January is Glaucoma Awareness Month
Make your resolution for healthy vision this year by knowing the risks and signs of glaucoma.
As the leading cause of blindness worldwide, glaucoma has earned the nickname “The Sneak Thief of Sight”. This is because most often there no symptoms or less commonly, a sudden onset of serious symptoms that can quickly lead to vision loss if not treated.
Glaucoma-related vision loss is due to optic nerve damage. The damage cannot be reversed, however there is treatment which is particularly beneficial when initiated early on before significant nerve damage has occurred.
While anyone can develop glaucoma (children are sometimes even born with it) there are risk factors that increase the chances of developing the disease. These include:
- Age over 60 (over 40 for African Americans)
- Family history of the disease
- Elevated intraocular (eye) pressure
- African American, Japanese, or Hispanic descent
- Previous eye injury or surgery
- History of corticosteroid treatment
- Severe myopia (nearsightedness) or hyperopia (farsightedness)
Known measures to help prevent glaucoma or reduce the risks include maintaining a healthy diet and weight, regular exercise, refraining from smoking and protecting your eyes from UV exposure. Controlling blood pressure is also beneficial.
Types of Glaucoma
There are two main types of glaucoma, open-angle and angle-closure. Open-angle glaucoma accounts for approximately 70-90% of cases. It is a chronic disease that progresses slowly over time, usually without symptoms. Angle-closure glaucoma can be chronic or acute, has symptoms of eye pain, and is often caused by an inherited condition or the result of an eye injury.
While each of these types of glaucoma has sub-types, the major differences between them has to do with the way the disease affects the eye and the symptoms experienced. While open-angle often has no early symptoms yet may eventually cause loss of peripheral vision, angle-closure glaucoma is often characterized by more obvious signs such as blurred vision, pain, headaches, tunnel vision, halos that appear around lights and even nausea and dizziness. These symptoms can be a medical emergency and must be treated immediately.
Since there are often no symptoms as glaucoma develops, regular eye health screenings are key to early diagnosis and treatment. Such screenings should include an examination of the optic nerve, measuring the inner eye pressure and the peripheral visual field. As many as half of the cases of glaucoma occur with normal or even low eye pressure (low tension glaucoma) and therefore an assessment of the optic nerve is a crucial component of every eye exam.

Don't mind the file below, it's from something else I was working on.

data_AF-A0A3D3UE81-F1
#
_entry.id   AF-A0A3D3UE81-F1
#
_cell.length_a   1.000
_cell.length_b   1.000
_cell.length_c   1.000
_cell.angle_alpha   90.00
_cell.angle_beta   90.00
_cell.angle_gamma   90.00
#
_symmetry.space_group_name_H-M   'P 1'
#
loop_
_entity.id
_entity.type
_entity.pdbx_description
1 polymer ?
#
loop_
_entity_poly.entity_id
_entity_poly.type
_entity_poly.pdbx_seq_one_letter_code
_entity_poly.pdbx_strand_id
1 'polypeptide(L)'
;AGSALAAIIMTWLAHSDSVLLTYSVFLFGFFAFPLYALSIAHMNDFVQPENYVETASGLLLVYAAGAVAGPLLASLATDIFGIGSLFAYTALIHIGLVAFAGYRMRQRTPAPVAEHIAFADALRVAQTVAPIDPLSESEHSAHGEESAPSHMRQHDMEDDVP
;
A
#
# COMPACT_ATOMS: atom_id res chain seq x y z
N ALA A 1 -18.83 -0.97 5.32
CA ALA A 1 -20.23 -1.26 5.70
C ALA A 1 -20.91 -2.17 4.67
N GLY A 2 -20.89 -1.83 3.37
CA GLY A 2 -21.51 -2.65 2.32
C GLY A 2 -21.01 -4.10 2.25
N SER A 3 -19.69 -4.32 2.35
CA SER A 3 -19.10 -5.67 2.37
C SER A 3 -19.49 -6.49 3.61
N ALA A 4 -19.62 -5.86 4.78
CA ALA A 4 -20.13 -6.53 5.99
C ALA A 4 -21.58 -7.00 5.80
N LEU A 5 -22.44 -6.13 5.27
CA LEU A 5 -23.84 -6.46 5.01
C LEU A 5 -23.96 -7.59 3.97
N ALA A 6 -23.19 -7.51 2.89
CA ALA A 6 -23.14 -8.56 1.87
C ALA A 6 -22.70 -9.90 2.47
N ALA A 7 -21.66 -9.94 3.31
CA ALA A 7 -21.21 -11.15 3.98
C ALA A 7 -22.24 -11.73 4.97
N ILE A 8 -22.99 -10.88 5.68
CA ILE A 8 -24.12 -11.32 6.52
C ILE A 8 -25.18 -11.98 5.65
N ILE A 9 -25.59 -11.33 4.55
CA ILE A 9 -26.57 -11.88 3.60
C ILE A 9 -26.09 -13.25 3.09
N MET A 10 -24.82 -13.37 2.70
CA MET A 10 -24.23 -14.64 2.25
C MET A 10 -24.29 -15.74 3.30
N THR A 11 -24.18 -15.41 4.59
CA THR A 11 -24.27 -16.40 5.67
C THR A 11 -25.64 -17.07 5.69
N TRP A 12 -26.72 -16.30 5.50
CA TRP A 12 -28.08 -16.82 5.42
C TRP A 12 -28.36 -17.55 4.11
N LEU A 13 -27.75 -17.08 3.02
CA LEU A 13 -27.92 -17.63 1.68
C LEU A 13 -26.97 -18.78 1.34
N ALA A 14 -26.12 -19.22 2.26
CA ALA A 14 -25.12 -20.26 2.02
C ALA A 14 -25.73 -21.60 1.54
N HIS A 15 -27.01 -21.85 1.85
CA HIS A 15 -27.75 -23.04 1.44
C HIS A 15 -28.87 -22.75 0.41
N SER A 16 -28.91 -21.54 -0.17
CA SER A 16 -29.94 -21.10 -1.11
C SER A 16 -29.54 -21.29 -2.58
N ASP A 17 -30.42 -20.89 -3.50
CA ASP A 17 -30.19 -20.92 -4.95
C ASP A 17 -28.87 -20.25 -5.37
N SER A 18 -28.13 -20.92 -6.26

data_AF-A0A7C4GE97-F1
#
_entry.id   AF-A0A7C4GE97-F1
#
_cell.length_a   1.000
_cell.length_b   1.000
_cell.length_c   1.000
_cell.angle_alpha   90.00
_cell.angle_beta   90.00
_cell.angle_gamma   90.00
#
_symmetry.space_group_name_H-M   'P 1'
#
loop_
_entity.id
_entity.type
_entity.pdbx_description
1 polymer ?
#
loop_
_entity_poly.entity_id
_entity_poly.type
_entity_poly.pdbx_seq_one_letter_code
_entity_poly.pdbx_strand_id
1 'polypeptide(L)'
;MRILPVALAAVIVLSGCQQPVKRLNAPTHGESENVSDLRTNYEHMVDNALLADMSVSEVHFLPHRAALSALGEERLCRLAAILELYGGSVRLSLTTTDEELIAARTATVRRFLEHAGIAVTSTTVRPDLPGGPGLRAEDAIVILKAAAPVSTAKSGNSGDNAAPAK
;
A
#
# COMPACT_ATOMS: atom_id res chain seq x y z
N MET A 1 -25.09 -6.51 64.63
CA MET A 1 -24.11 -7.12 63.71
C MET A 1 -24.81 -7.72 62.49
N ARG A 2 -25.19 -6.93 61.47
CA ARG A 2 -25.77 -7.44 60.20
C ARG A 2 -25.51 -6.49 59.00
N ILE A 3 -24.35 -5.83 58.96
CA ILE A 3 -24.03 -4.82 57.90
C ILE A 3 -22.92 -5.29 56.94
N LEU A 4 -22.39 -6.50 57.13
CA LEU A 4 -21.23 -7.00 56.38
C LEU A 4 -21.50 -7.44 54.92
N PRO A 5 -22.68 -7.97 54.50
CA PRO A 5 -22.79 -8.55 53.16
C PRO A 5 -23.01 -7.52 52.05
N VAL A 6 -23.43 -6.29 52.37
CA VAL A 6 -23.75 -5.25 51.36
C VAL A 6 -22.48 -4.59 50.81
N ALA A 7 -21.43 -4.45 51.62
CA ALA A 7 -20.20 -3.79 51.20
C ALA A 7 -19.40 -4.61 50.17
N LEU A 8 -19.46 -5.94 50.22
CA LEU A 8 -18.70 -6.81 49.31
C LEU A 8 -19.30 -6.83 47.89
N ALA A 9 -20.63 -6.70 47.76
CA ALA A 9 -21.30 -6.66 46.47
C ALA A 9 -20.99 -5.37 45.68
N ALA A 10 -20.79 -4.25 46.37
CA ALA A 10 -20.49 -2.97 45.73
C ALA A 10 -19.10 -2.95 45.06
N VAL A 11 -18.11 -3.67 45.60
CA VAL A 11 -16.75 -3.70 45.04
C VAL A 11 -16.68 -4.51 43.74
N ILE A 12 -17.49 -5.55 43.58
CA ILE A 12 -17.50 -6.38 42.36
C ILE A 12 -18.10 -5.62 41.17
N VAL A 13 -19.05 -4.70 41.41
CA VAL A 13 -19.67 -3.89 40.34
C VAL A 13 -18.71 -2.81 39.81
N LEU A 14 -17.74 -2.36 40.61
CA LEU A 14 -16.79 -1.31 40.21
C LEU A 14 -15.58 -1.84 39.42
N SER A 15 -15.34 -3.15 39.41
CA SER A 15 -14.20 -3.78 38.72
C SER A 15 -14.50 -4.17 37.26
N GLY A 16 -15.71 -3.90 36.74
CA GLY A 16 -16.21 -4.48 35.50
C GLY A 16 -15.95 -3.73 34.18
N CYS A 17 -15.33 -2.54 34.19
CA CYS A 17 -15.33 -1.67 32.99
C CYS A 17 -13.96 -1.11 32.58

Newer technologies such as OCT can painlessly scan the optic nerve and determine if there is glaucomatous damage even earlier than visual field tests or other exams might show.
Treatment for Glaucoma
While vision that is lost can’t be restored, intraocular pressure can be lowered to try to prevent further damage to the optic nerve. Treatment may include eye drops and/or a surgical procedure, depending on the type of glaucoma, the cause, and the severity of the disease.
If you have been diagnosed with glaucoma and prescribed eye drops, it is critical to use the eye drops as directed even if they irritate your eyes or you do not notice improvement in vision. The eye drops prevent eye pressure spikes that can continue to damage the optic nerve. Since the vision loss from glaucoma is not reversible, ask your eye doctor to try a different brand if you have concerns with the eye drops that you are using.
Childhood eye injuries, such as a ball hit or puncture, particularly one which has altered the internal structures of the eye or allowed fluid to flow out of the eye can cause problems later in life. Glaucoma that results from such long-forgotten injuries may not be detected until years after the injury, so it is important to have regular ongoing routine eye checkups.
The best way to protect your eyes and vision from this devastating disease, especially if you have heightened risk factors, is to ensure that you have regular comprehensive eye exams to look for signs of glaucoma inside the eye. Since symptoms often don’t appear until damage is done, the best course of action is prevention.
If you have any of the risk factors listed above, speak to your eye doctor about glaucoma and what you can do to prevent future vision loss.